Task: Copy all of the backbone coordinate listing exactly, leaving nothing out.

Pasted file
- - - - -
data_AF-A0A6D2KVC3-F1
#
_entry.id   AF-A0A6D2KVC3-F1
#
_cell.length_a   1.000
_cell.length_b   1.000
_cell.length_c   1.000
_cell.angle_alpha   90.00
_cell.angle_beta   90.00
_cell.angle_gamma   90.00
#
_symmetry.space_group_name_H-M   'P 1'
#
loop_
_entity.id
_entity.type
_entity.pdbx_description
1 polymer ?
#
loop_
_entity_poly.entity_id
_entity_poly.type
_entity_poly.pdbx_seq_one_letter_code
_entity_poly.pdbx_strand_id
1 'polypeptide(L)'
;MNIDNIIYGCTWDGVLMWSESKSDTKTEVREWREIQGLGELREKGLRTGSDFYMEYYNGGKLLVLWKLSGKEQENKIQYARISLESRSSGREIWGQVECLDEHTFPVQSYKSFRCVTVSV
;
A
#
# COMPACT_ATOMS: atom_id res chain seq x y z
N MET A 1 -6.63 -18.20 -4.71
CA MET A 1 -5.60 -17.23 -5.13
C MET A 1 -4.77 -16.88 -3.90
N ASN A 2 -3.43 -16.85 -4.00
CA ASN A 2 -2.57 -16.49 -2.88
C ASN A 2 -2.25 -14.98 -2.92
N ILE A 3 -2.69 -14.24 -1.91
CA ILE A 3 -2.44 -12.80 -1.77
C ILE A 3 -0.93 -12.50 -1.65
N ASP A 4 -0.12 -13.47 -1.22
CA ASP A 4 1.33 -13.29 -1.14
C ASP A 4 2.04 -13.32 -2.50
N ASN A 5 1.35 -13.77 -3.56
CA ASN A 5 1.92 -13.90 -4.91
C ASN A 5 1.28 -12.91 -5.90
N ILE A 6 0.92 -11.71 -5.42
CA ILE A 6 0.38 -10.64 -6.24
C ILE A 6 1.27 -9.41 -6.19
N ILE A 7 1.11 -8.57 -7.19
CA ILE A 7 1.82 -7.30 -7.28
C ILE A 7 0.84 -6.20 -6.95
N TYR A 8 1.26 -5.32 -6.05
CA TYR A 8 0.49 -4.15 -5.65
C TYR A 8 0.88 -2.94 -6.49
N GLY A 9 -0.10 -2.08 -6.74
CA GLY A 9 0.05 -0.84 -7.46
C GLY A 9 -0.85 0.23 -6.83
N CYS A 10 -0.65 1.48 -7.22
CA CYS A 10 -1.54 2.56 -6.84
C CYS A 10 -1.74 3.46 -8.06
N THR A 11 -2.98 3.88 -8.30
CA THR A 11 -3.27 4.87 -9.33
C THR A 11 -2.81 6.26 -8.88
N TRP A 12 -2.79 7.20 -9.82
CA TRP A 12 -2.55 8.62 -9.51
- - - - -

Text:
data_AF-A0A6D2KVC3-F1
#
_entry.id   AF-A0A6D2KVC3-F1
#
_cell.length_a   1.000
_cell.length_b   1.000
_cell.length_c   1.000
_cell.angle_alpha   90.00
_cell.angle_beta   90.00
_cell.angle_gamma   90.00
#
_symmetry.space_group_name_H-M   'P 1'
#
loop_
_entity.id
_entity.type
_entity.pdbx_description
1 polymer ?
#
loop_
_entity_poly.entity_id
_entity_poly.type
_entity_poly.pdbx_seq_one_letter_code
_entity_poly.pdbx_strand_id
1 'polypeptide(L)'
;MNIDNIIYGCTWDGVLMWSESKSDTKTEVREWREIQGLGELREKGLRTGSDFYMEYYNGGKLLVLWKLSGKEQENKIQYARISLESRSSGREIWGQVECLDEHTFPVQSYKSFRCVTVSV
;
A
#
# COMPACT_ATOMS: atom_id res chain seq x y z
N MET A 1 -6.63 -18.20 -4.71
CA MET A 1 -5.60 -17.23 -5.13
C MET A 1 -4.77 -16.88 -3.90
N ASN A 2 -3.43 -16.85 -4.00
CA ASN A 2 -2.57 -16.49 -2.88
C ASN A 2 -2.25 -14.98 -2.92
N ILE A 3 -2.69 -14.24 -1.91
CA ILE A 3 -2.44 -12.80 -1.77
C ILE A 3 -0.93 -12.50 -1.65
N ASP A 4 -0.12 -13.47 -1.22
CA ASP A 4 1.33 -13.29 -1.14
C ASP A 4 2.04 -13.32 -2.50
N ASN A 5 1.35 -13.77 -3.56
CA ASN A 5 1.92 -13.90 -4.91
C ASN A 5 1.28 -12.91 -5.90
N ILE A 6 0.92 -11.71 -5.42
CA ILE A 6 0.38 -10.64 -6.24
C ILE A 6 1.27 -9.41 -6.19
N ILE A 7 1.11 -8.57 -7.19
CA ILE A 7 1.82 -7.30 -7.28
C ILE A 7 0.84 -6.20 -6.95
N TYR A 8 1.26 -5.32 -6.05
CA TYR A 8 0.49 -4.15 -5.65
C TYR A 8 0.88 -2.94 -6.49
N GLY A 9 -0.10 -2.08 -6.74
CA GLY A 9 0.05 -0.84 -7.46
C GLY A 9 -0.85 0.23 -6.83
N CYS A 10 -0.65 1.48 -7.22
CA CYS A 10 -1.54 2.56 -6.84
C CYS A 10 -1.74 3.46 -8.06
N THR A 11 -2.98 3.88 -8.30
CA THR A 11 -3.27 4.87 -9.33
C THR A 11 -2.81 6.26 -8.88
N TRP A 12 -2.79 7.20 -9.82
CA TRP A 12 -2.55 8.62 -9.51